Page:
Spontaneous networks among end-user devices (e.g, smartphones, tablets) can guarantee emergency communication in post-disaster scenarios where the original infrastructure has been partially damaged by the occurrence of unpredictable or catastrophic events. However, the heterogeneity of devices and wireless access technologies poses important challenges on the network deployment and management. In this paper, we propose the STEM-Net architecture as a viable network model to handle the devices' heterogeneity and to enable spontaneous networking functionalities in post-disaster scenarios. In STEM· Net, the wireless devices — called Stem Nodes (SN) — are able to adapt their transmitting configurations, cover different roles (e.g. router, bridge, etc) according to the system needs and evolve their functionalities through cooperation with other nodes. Here, we provide a proof-of-concept of the principles of nodes' mutation and evolution, by discussing how heterogeneous end-user devices provided with SN capabilities can dynamically self-organize into multi-hop networks, and share the Internet access by switching among three roles: stub, transit and gateway SNs. A bio-inspired distributed gateway selection mode is proposed to allow each SN device to decide its current role, based on the system needs and on the individual hardware characteristics and resources (e.g residual energy or queue occupation). The simulation analysis conducted with the Omnet++ tool demonstrates the effectiveness of the STEM-Net framework in prolonging the network lifetime while providing adequate bandwidth for emergency communication to the end-users devices.

Smartphones Like Stem Cells: Cooperation and Evolution for Emergency Communication in Post-Disaster Scenarios

DI FELICE, MARCO;BEDOGNI, LUCA;TROTTA, ANGELO;BONONI, LUCIANO;PANZIERI, FABIO;
2013

Abstract

Spontaneous networks among end-user devices (e.g, smartphones, tablets) can guarantee emergency communication in post-disaster scenarios where the original infrastructure has been partially damaged by the occurrence of unpredictable or catastrophic events. However, the heterogeneity of devices and wireless access technologies poses important challenges on the network deployment and management. In this paper, we propose the STEM-Net architecture as a viable network model to handle the devices' heterogeneity and to enable spontaneous networking functionalities in post-disaster scenarios. In STEM· Net, the wireless devices — called Stem Nodes (SN) — are able to adapt their transmitting configurations, cover different roles (e.g. router, bridge, etc) according to the system needs and evolve their functionalities through cooperation with other nodes. Here, we provide a proof-of-concept of the principles of nodes' mutation and evolution, by discussing how heterogeneous end-user devices provided with SN capabilities can dynamically self-organize into multi-hop networks, and share the Internet access by switching among three roles: stub, transit and gateway SNs. A bio-inspired distributed gateway selection mode is proposed to allow each SN device to decide its current role, based on the system needs and on the individual hardware characteristics and resources (e.g residual energy or queue occupation). The simulation analysis conducted with the Omnet++ tool demonstrates the effectiveness of the STEM-Net framework in prolonging the network lifetime while providing adequate bandwidth for emergency communication to the end-users devices.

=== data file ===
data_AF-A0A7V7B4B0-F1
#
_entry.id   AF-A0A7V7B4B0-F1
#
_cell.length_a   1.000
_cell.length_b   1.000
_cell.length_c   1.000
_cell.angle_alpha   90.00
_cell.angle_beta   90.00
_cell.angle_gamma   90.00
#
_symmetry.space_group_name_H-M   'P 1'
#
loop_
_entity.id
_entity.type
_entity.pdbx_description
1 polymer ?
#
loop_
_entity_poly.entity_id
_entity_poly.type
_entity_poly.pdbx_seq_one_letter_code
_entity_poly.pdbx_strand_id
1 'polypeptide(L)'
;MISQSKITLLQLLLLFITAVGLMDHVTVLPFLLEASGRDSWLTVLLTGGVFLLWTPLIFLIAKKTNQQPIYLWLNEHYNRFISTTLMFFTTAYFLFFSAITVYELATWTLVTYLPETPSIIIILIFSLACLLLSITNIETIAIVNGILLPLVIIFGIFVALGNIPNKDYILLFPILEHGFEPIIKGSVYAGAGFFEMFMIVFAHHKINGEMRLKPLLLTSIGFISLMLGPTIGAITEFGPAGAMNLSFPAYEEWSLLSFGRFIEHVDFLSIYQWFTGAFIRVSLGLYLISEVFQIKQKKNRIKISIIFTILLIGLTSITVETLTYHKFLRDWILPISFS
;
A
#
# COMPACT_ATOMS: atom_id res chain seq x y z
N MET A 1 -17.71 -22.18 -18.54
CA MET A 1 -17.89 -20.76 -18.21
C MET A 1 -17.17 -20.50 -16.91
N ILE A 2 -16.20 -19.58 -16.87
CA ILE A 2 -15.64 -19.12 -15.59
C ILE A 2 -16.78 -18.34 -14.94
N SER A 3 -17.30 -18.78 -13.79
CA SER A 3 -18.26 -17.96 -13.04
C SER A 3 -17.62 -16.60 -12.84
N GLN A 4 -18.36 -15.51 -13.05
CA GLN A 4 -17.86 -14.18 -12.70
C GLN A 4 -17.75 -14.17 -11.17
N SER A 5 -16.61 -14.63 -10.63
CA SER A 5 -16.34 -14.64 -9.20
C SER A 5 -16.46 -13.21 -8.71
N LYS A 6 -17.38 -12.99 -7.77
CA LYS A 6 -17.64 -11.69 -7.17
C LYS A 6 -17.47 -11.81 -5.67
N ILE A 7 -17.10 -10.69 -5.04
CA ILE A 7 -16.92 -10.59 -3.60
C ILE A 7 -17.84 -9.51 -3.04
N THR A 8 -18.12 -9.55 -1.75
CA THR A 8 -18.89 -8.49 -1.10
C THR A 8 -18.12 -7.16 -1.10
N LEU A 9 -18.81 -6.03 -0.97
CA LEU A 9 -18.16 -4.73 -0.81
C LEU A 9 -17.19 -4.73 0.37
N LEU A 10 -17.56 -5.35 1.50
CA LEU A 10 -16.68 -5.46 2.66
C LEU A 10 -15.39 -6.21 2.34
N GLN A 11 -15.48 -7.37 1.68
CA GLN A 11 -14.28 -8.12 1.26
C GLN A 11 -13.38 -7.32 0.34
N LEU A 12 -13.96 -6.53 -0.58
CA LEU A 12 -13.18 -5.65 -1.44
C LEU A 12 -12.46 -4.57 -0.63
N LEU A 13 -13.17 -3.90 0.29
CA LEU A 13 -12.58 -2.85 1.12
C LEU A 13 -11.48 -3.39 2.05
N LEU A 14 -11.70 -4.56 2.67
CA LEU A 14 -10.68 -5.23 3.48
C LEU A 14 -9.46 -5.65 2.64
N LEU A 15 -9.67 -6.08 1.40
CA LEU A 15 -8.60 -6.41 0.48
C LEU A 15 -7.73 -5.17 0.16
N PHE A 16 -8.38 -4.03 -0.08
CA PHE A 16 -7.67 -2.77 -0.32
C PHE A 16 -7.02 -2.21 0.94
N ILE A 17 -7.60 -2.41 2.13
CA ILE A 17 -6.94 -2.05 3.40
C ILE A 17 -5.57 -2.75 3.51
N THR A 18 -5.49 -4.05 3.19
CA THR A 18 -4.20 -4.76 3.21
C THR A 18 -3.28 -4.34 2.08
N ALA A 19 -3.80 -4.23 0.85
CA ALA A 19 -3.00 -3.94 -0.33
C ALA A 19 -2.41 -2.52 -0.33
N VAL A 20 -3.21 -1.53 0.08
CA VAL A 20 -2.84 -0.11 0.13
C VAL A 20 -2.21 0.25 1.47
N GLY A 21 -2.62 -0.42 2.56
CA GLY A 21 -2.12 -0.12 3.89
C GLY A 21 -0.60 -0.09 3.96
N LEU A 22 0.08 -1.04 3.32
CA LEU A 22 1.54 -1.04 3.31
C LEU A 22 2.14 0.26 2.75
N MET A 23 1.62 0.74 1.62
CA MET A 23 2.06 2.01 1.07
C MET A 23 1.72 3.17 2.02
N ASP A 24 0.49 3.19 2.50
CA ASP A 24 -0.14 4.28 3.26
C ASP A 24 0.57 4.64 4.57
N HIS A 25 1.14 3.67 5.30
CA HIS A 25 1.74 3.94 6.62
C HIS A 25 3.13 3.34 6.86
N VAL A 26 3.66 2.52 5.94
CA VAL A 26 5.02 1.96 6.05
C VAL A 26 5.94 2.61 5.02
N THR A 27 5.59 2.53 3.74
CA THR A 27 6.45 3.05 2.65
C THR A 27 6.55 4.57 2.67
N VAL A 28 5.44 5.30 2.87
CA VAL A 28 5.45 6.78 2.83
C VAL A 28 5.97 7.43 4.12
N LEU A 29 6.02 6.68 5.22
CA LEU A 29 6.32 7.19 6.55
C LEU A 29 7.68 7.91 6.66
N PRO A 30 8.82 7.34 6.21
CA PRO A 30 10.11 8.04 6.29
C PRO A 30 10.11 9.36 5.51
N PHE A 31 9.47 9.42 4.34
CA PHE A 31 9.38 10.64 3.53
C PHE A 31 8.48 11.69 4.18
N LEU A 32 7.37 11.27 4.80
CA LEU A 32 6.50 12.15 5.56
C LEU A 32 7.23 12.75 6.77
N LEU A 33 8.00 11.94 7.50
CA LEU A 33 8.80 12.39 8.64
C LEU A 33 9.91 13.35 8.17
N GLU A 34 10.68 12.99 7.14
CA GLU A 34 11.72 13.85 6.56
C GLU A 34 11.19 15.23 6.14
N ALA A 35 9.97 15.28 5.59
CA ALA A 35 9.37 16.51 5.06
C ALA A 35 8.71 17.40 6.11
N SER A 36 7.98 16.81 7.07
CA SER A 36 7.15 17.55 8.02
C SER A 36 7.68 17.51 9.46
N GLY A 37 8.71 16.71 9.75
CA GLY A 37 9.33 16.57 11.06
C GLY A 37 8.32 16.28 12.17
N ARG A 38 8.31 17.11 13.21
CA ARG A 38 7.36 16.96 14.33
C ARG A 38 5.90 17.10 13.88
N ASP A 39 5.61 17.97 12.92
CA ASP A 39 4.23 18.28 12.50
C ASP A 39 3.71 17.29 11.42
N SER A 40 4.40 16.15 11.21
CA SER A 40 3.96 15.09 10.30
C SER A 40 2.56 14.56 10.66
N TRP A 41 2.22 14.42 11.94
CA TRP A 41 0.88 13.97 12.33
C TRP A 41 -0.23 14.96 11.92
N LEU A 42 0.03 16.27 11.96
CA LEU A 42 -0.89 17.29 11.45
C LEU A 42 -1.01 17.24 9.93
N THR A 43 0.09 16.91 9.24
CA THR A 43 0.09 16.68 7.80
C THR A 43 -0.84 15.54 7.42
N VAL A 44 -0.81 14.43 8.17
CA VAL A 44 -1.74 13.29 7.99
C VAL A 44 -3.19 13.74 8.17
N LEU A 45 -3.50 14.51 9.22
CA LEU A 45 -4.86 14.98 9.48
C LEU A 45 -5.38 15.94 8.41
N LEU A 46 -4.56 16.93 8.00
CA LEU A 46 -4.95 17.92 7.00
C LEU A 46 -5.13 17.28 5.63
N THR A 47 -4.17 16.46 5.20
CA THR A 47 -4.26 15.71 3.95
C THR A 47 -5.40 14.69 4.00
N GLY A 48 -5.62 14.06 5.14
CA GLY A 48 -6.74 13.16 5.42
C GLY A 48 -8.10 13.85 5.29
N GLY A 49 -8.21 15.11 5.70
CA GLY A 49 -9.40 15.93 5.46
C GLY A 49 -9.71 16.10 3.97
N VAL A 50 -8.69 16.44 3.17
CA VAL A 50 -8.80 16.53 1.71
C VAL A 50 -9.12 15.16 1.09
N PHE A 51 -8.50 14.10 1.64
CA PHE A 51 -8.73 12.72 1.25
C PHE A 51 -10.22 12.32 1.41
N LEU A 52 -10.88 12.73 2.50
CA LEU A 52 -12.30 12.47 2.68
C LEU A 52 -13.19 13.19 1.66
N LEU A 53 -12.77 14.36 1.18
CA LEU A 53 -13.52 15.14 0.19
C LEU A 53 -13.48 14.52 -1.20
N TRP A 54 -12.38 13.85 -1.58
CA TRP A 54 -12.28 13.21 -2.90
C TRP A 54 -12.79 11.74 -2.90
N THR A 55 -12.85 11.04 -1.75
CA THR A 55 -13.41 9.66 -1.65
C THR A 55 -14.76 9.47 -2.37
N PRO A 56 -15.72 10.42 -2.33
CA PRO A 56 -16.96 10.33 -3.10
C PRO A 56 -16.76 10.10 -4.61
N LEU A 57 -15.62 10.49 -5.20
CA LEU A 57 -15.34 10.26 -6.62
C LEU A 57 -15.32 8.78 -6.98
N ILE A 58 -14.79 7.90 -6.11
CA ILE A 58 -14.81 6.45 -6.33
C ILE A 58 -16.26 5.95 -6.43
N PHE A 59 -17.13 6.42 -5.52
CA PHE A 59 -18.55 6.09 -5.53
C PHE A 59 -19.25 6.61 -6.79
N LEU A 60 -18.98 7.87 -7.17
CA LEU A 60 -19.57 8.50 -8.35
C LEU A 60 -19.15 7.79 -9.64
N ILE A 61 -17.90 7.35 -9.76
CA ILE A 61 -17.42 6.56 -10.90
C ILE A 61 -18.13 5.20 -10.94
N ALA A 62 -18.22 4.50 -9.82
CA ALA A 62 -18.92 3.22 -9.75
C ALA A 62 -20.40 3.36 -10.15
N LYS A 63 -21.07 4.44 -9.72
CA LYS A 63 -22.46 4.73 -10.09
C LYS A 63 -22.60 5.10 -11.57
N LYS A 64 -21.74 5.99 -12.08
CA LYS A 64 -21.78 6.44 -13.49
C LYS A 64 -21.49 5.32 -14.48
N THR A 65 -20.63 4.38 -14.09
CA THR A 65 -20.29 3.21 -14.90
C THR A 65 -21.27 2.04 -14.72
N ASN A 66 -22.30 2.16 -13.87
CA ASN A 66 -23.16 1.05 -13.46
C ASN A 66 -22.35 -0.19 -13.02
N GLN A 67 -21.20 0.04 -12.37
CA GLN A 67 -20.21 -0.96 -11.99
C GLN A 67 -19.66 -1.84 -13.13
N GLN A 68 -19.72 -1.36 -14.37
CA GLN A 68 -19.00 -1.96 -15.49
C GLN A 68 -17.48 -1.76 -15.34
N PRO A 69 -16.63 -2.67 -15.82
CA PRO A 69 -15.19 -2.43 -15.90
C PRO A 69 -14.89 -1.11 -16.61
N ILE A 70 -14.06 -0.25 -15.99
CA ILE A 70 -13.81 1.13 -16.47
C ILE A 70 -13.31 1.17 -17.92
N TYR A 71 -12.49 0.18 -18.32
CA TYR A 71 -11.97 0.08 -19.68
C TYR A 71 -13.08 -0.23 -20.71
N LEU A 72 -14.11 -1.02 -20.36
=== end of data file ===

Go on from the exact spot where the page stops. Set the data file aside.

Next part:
Proceedings of the First IEEE International Black Sea Conference on Communications and Networking 2013 (IEEE BlackSeaCom 2013)
28
33
M. Di Felice; L. Bedogni; A. Trotta; L. Bononi; F. Panzieri; G. Ruggeri; G. Aloi; V. Loscri; P. Pace
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Utilizza questo identificativo per citare o creare un link a questo documento: http://hdl.handle.net/11585/191494
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